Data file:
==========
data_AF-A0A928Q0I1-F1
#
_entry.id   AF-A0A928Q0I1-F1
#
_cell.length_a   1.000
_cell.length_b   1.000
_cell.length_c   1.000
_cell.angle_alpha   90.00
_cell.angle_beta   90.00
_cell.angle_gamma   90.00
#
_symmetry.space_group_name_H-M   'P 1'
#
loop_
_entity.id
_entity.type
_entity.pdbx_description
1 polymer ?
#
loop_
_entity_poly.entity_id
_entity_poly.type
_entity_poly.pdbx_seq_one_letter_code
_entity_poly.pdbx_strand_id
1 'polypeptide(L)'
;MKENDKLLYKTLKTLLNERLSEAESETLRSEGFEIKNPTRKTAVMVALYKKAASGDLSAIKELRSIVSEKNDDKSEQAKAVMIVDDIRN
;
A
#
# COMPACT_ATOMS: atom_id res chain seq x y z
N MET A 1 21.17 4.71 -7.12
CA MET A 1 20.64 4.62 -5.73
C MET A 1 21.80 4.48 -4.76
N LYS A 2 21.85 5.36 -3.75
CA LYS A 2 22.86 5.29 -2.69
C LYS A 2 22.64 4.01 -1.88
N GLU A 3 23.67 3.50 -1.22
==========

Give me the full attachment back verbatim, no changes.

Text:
data_AF-A0A928Q0I1-F1
#
_entry.id   AF-A0A928Q0I1-F1
#
_cell.length_a   1.000
_cell.length_b   1.000
_cell.length_c   1.000
_cell.angle_alpha   90.00
_cell.angle_beta   90.00
_cell.angle_gamma   90.00
#
_symmetry.space_group_name_H-M   'P 1'
#
loop_
_entity.id
_entity.type
_entity.pdbx_description
1 polymer ?
#
loop_
_entity_poly.entity_id
_entity_poly.type
_entity_poly.pdbx_seq_one_letter_code
_entity_poly.pdbx_strand_id
1 'polypeptide(L)'
;MKENDKLLYKTLKTLLNERLSEAESETLRSEGFEIKNPTRKTAVMVALYKKAASGDLSAIKELRSIVSEKNDDKSEQAKAVMIVDDIRN
;
A
#
# COMPACT_ATOMS: atom_id res chain seq x y z
N MET A 1 21.17 4.71 -7.12
CA MET A 1 20.64 4.62 -5.73
C MET A 1 21.80 4.48 -4.76
N LYS A 2 21.85 5.36 -3.75
CA LYS A 2 22.86 5.29 -2.69
C LYS A 2 22.64 4.01 -1.88
N GLU A 3 23.67 3.50 -1.22